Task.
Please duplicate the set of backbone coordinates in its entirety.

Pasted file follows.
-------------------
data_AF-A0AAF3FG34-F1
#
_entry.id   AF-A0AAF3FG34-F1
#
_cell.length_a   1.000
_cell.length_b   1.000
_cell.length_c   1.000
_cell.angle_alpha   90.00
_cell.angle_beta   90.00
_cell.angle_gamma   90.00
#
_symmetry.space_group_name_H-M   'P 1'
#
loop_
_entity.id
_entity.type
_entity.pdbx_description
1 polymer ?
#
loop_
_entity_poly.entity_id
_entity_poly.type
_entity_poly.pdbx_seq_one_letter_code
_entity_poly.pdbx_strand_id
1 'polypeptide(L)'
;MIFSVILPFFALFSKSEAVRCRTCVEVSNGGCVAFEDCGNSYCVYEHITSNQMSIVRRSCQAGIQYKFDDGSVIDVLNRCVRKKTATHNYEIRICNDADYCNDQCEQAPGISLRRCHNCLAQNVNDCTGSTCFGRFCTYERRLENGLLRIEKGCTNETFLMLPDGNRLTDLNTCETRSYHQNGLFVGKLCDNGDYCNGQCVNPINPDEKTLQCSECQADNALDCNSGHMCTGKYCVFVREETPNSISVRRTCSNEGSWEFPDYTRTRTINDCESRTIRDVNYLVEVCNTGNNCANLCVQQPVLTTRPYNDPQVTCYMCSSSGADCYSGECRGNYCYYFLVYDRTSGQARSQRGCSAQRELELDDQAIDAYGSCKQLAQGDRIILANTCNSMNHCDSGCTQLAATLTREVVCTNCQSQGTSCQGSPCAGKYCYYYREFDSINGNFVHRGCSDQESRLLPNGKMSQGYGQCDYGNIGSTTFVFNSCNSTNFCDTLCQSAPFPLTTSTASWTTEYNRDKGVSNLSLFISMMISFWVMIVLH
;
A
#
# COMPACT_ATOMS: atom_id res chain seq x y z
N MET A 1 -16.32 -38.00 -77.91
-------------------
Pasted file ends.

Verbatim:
data_AF-A0AAF3FG34-F1
#
_entry.id   AF-A0AAF3FG34-F1
#
_cell.length_a   1.000
_cell.length_b   1.000
_cell.length_c   1.000
_cell.angle_alpha   90.00
_cell.angle_beta   90.00
_cell.angle_gamma   90.00
#
_symmetry.space_group_name_H-M   'P 1'
#
loop_
_entity.id
_entity.type
_entity.pdbx_description
1 polymer ?
#
loop_
_entity_poly.entity_id
_entity_poly.type
_entity_poly.pdbx_seq_one_letter_code
_entity_poly.pdbx_strand_id
1 'polypeptide(L)'
;MIFSVILPFFALFSKSEAVRCRTCVEVSNGGCVAFEDCGNSYCVYEHITSNQMSIVRRSCQAGIQYKFDDGSVIDVLNRCVRKKTATHNYEIRICNDADYCNDQCEQAPGISLRRCHNCLAQNVNDCTGSTCFGRFCTYERRLENGLLRIEKGCTNETFLMLPDGNRLTDLNTCETRSYHQNGLFVGKLCDNGDYCNGQCVNPINPDEKTLQCSECQADNALDCNSGHMCTGKYCVFVREETPNSISVRRTCSNEGSWEFPDYTRTRTINDCESRTIRDVNYLVEVCNTGNNCANLCVQQPVLTTRPYNDPQVTCYMCSSSGADCYSGECRGNYCYYFLVYDRTSGQARSQRGCSAQRELELDDQAIDAYGSCKQLAQGDRIILANTCNSMNHCDSGCTQLAATLTREVVCTNCQSQGTSCQGSPCAGKYCYYYREFDSINGNFVHRGCSDQESRLLPNGKMSQGYGQCDYGNIGSTTFVFNSCNSTNFCDTLCQSAPFPLTTSTASWTTEYNRDKGVSNLSLFISMMISFWVMIVLH
;
A
#
# COMPACT_ATOMS: atom_id res chain seq x y z
N MET A 1 -16.32 -38.00 -77.91